Saturday, January 29

Taiwan warns that the tension with Beijing is the most serious in the last 40 years

Correspondent in China



In the midst of daily air raids, the usual military tension between China and Taiwan it is experiencing its most dangerous moment in the last four decades. This is what the Taiwanese Defense Minister, Chiu Kuo-cheng, warned in Parliament this Wednesday, when asked by a deputy about the constant entry of Chinese aircraft into your Area Defense Identification Code (ADIZ). “For the Army, the current situation is the most serious in the more than 40 years that I have been in service,” Chiu warned after having detected some 150 Chinese combat aircraft since Friday, when the Beijing regime celebrated its National Day. In his view, any “slight oversight” or “miscalculation” can trigger “a crisis” in the Taiwan Strait that leads to an invasion of the island by China, reports France Presse.

Within the rise of China as an economic and military superpower, that is what the Taiwanese government teme from 2025, when Beijing would be fully prepared to launch a “large-scale attack.” “You can do it now, but you have to calculate the cost to pay and what kind of results you want to get. After 2025, costs and losses will be kept to a minimum, ”Chiu said without elaborating. He did make it clear, instead, that “for me, as a man in the Army, the urgency is right ahead.”

Spurred on by official propaganda, China’s constant provocations and threats have also been responded to by the President of Taiwan, Tsai Ing-wen. In an article published Tuesday in the magazine ‘Foreign Affairs’, he warned that if the island fell, “the consequences would be catastrophic for regional peace and the system of democratic alliances. It would mean that, in today’s fight for values, authoritarianism has the winning hand over democracy. Although Tsai insisted that Taiwan does not want a military confrontation and seeks peaceful coexistence with its neighbors, he promised that “if its democracy and way of life are threatened, Taiwan will do whatever it takes to defend itself.”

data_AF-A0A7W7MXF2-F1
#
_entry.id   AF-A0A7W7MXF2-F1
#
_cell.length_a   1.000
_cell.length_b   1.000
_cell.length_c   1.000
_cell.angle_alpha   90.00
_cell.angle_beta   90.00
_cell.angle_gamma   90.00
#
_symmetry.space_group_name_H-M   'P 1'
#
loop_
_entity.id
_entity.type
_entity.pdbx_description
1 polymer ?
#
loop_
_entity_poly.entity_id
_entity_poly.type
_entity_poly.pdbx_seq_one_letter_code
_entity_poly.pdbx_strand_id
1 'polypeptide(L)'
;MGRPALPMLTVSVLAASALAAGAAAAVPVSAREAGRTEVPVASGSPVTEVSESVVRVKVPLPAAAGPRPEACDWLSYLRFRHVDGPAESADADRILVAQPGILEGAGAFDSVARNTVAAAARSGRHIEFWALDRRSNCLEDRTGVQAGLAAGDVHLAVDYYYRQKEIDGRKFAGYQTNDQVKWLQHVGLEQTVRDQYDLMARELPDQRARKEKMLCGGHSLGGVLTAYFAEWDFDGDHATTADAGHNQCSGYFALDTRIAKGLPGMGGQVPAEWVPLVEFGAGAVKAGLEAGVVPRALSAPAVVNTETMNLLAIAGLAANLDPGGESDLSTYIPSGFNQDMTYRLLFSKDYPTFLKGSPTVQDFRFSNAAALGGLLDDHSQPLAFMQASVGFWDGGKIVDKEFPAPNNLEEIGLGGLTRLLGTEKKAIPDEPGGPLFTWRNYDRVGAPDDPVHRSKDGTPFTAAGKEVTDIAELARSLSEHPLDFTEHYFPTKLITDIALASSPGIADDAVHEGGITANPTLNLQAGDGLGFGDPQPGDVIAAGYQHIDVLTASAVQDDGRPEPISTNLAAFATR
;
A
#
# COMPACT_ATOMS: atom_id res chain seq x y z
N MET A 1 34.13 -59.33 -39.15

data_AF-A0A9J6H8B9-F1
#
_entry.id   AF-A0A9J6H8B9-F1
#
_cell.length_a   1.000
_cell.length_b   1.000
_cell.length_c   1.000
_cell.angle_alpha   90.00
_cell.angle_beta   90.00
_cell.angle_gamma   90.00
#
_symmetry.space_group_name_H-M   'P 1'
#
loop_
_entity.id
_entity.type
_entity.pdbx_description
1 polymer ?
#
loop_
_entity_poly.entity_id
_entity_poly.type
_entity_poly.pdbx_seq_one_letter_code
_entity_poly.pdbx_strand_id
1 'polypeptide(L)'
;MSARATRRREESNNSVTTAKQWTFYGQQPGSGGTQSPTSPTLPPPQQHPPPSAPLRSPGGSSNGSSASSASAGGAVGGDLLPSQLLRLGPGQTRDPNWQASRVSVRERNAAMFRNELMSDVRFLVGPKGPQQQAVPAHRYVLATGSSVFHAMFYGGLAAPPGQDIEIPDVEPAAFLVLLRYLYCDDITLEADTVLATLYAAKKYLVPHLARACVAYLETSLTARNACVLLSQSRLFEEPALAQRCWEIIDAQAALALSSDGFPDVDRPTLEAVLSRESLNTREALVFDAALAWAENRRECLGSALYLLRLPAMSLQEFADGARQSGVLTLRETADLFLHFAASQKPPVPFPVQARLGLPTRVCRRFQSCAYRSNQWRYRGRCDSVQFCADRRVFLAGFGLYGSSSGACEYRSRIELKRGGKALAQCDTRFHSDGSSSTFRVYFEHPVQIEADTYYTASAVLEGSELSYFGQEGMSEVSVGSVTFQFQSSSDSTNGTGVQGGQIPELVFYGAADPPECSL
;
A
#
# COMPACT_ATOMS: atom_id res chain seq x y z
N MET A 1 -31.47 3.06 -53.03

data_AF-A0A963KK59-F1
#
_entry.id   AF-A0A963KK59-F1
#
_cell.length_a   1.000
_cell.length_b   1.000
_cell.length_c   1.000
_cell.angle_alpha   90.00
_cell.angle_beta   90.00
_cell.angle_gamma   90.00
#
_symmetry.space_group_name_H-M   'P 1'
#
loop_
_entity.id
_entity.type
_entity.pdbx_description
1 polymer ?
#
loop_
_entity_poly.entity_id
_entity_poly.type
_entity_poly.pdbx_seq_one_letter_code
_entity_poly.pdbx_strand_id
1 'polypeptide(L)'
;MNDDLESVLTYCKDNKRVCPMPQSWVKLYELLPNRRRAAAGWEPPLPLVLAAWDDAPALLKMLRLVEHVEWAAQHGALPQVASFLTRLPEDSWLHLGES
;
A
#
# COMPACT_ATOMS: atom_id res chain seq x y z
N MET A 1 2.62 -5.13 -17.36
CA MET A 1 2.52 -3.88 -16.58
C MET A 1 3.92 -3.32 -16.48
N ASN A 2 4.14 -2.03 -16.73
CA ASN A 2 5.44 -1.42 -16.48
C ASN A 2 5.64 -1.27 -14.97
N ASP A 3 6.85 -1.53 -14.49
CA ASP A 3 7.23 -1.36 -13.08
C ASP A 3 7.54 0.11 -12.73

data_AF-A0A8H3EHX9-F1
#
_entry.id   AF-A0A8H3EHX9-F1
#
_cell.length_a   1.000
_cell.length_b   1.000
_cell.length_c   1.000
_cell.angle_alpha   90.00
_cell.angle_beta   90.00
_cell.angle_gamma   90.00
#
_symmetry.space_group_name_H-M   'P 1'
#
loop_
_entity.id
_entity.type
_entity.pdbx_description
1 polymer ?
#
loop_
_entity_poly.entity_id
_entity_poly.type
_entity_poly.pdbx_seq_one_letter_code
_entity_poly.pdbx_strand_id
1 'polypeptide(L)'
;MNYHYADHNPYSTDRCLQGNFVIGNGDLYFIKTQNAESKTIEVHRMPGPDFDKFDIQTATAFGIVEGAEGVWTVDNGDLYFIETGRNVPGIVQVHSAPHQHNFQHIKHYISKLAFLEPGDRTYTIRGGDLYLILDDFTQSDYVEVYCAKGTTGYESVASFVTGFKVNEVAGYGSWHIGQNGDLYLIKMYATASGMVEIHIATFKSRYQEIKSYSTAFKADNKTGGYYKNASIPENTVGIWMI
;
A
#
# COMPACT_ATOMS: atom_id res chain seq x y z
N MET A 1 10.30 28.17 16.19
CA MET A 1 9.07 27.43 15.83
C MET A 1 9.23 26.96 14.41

Chinese air raids add fuel to the fire burning in Asia, where the “New Cold War” is being fought between the United States and the new emerging power, China. Being another one of the many open fronts Between the two countries, President Biden tries to reduce the tension left by Trump without bowing to Beijing. According to Reuters reports, Biden announced on Tuesday that he had discussed this issue with his Chinese counterpart. “I have spoken with Xi (Jinping) and we have agreed that we will abide by the agreement on Taiwan,” he said, referring to the island’s ‘status quo’ and the ‘one China’ policy.

Although the US exchanged its diplomatic ties with Taiwan for China in 1978, it is the island’s main ally and its largest supplier of weapons. In addition, it is required by law to defend it in the event of an attack, so a Chinese invasion of Taiwan could unleash a war between two superpowers with nuclear weapons. But Beijing has promised that it will reunify the island, which is a “de facto” sovereign country, and will respond with arms to a formal declaration of independence.

Since Generalissimo Chiang Kai-shek took refuge in Taiwan after losing the civil war against Mao Zedong in 1949, Taiwan has remained separate from the authoritarian Communist Party regime. After leaving the dictatorship behind in 1996, it is today one of the most vibrant and free democracies in Asia, but it is under permanent threat from Beijing, whose unwaivable goal is to reunite it by force if necessary.

To defuse this growing tension, US National Security Adviser Jake Sullivan is meeting this week in Switzerland with the head of Chinese diplomacy, Yang Jiechi. After their first meeting in March in Alaska, which ended in a row with journalists, the two try to rebuild relations after the telephone conversation between Biden and Xi Jinping on 9 September. In addition to addressing their open fronts, such as Taiwan, on the table could be the preparation of a summit between the two leaders that would bring some thaw to the “New Cold War.”

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